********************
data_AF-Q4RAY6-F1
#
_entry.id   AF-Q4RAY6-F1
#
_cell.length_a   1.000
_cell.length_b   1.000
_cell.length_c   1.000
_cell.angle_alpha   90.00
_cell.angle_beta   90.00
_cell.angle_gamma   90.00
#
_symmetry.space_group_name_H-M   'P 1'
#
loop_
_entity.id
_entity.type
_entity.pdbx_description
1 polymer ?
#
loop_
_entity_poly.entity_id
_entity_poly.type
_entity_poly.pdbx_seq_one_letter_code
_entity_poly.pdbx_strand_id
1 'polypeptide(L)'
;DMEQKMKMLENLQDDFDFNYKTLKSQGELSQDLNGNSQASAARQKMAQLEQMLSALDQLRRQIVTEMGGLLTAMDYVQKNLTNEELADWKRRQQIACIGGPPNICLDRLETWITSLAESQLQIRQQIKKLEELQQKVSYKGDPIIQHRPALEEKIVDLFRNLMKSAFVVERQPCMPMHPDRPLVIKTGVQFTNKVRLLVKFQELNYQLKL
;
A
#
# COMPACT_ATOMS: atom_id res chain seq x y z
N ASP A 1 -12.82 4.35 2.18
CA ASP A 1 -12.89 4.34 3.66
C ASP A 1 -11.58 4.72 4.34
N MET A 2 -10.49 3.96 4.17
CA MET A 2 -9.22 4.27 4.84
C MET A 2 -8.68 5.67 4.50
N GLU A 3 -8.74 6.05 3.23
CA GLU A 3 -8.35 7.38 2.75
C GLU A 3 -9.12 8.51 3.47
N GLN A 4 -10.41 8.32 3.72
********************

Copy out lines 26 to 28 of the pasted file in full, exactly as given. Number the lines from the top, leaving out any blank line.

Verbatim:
;DMEQKMKMLENLQDDFDFNYKTLKSQGELSQDLNGNSQASAARQKMAQLEQMLSALDQLRRQIVTEMGGLLTAMDYVQKNLTNEELADWKRRQQIACIGGPPNICLDRLETWITSLAESQLQIRQQIKKLEELQQKVSYKGDPIIQHRPALEEKIVDLFRNLMKSAFVVERQPCMPMHPDRPLVIKTGVQFTNKVRLLVKFQELNYQLKL
;
A